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Here’s a classic poem that’s dear to me, both for its manic intensity and its meaning in the natural world. It’s so short you can memorize it right now and always have it at your disposal when you consider news of storms and their destruction.
“Safe upon the solid rock the ugly houses stand: Come and see my shining palace built upon the sand!”
The poet was Edna St. Vincent Millay. Her lines always come to my mind when heavy rains ravage the West and homes, bridges and roads are swept away by mudflows and flash floods.
The poem seemed apt as California recently experienced torrential rains that triggered debris flows in canyons. Cascading down the steep hillsides, boulders, trees, mud and water flowed rapidly downhill, imperiling houses and those who lived in them.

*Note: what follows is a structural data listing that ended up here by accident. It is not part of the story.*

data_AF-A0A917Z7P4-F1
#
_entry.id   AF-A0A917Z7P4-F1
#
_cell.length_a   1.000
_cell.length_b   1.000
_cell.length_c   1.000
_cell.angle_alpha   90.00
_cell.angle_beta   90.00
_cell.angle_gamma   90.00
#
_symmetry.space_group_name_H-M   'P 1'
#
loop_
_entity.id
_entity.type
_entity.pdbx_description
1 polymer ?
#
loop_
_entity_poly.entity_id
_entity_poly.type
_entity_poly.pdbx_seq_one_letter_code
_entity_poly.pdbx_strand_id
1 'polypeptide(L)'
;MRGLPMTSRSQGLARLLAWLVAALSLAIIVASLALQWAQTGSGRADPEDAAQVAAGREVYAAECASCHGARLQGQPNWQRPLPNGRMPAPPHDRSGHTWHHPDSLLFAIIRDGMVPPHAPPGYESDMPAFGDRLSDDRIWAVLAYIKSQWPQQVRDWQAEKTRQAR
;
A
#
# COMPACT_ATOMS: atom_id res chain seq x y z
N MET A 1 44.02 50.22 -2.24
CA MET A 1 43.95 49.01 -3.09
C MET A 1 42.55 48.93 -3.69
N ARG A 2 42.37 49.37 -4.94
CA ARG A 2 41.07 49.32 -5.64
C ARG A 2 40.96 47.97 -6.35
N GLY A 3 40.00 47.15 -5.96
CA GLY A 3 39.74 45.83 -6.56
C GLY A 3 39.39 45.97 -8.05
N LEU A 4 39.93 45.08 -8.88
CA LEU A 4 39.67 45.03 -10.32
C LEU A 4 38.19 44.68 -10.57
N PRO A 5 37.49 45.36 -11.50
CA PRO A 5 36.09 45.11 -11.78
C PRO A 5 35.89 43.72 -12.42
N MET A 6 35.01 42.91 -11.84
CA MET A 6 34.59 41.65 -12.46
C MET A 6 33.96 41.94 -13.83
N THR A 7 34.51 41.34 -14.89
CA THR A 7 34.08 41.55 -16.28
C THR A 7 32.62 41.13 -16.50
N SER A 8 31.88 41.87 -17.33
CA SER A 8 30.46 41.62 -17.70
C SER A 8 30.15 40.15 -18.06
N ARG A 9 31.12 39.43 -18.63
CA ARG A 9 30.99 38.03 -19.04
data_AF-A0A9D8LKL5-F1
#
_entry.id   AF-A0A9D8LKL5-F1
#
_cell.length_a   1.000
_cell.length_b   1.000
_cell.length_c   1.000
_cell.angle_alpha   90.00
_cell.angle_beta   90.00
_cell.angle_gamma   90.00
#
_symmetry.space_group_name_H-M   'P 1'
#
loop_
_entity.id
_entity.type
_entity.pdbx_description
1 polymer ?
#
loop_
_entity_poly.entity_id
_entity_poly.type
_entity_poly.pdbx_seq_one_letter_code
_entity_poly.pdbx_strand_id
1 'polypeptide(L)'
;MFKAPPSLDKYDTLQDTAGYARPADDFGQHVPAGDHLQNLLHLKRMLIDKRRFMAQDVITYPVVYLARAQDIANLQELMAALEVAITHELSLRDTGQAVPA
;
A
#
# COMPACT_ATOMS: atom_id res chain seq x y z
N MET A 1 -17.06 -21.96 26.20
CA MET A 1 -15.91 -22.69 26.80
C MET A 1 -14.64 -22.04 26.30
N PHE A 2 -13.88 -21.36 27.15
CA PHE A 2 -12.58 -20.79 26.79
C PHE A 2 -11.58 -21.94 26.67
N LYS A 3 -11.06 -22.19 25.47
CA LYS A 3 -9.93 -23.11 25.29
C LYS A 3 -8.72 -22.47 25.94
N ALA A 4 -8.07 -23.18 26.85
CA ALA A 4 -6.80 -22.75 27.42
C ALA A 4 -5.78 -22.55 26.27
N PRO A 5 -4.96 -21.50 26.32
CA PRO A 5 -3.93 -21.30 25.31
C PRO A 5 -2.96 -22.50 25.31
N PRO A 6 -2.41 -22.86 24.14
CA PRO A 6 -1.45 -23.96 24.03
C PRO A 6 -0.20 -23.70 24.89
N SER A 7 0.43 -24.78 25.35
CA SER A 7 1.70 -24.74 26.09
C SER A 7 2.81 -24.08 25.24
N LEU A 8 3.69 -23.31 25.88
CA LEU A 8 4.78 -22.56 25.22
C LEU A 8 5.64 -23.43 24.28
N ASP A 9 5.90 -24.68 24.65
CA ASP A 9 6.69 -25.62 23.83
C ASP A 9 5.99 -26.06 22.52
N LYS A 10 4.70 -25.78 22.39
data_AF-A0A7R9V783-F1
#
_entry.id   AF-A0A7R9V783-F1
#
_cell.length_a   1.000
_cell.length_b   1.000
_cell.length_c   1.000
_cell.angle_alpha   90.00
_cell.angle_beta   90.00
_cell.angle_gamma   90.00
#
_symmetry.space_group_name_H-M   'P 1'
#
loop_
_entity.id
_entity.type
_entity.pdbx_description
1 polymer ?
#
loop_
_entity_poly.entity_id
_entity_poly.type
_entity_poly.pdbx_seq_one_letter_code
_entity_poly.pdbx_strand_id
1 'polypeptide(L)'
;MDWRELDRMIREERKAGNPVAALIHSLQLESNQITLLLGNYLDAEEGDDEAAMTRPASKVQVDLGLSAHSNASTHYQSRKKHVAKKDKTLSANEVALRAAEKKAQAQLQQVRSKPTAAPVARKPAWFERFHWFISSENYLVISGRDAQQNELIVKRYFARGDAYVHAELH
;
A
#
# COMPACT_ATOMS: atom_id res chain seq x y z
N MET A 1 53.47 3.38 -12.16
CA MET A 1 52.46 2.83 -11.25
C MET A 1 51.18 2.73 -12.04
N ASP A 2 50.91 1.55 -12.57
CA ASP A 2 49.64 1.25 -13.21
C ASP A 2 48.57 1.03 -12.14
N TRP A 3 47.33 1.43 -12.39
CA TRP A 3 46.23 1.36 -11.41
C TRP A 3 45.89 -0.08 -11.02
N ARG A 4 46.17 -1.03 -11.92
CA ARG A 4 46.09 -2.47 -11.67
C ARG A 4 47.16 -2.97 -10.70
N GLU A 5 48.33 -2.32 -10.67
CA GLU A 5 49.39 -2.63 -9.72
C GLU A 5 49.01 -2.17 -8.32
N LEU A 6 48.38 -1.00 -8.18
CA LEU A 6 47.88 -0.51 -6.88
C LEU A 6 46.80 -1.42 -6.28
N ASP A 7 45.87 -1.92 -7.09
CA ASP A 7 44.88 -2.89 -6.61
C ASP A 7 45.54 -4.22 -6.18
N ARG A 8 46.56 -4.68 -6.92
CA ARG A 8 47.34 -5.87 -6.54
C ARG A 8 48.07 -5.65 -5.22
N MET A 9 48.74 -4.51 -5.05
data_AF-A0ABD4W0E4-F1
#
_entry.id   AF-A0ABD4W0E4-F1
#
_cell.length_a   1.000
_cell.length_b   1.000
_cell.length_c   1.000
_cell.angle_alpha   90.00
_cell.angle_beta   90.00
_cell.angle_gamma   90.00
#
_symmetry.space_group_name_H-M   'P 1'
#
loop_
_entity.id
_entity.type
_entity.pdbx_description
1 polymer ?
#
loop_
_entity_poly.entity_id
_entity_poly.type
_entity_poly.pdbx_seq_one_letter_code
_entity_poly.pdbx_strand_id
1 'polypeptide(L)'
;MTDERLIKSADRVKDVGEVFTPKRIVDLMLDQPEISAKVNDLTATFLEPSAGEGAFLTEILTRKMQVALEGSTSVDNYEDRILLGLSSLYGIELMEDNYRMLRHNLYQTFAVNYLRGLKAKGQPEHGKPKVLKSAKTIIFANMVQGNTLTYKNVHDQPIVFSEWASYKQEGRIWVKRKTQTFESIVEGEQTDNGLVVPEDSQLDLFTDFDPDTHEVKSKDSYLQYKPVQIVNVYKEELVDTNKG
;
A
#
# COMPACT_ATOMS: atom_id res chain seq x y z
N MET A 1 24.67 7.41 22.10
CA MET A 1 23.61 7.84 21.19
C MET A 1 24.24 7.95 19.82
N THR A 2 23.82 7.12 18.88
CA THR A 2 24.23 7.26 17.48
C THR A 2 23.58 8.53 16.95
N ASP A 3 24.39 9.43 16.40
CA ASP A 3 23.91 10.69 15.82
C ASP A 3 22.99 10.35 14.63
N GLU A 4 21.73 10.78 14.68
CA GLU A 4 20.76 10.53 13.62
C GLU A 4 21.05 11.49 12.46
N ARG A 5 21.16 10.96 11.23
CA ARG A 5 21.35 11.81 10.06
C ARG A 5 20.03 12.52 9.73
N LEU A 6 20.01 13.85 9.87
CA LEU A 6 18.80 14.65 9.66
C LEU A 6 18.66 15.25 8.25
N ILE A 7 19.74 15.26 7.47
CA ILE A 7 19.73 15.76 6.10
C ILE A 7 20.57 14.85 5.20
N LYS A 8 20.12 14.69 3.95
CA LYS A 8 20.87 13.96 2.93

As usual, there were reports from the people who had built houses exactly where we geologists would predict the debris flows would be the worst.
They had traded safety for the stunning views of living in the steep canyons of southern California.
In so doing, they had not built upon the rock, but on the sands of impermanence. When the land above their houses started to move, they instantly knew the significance of their choice.
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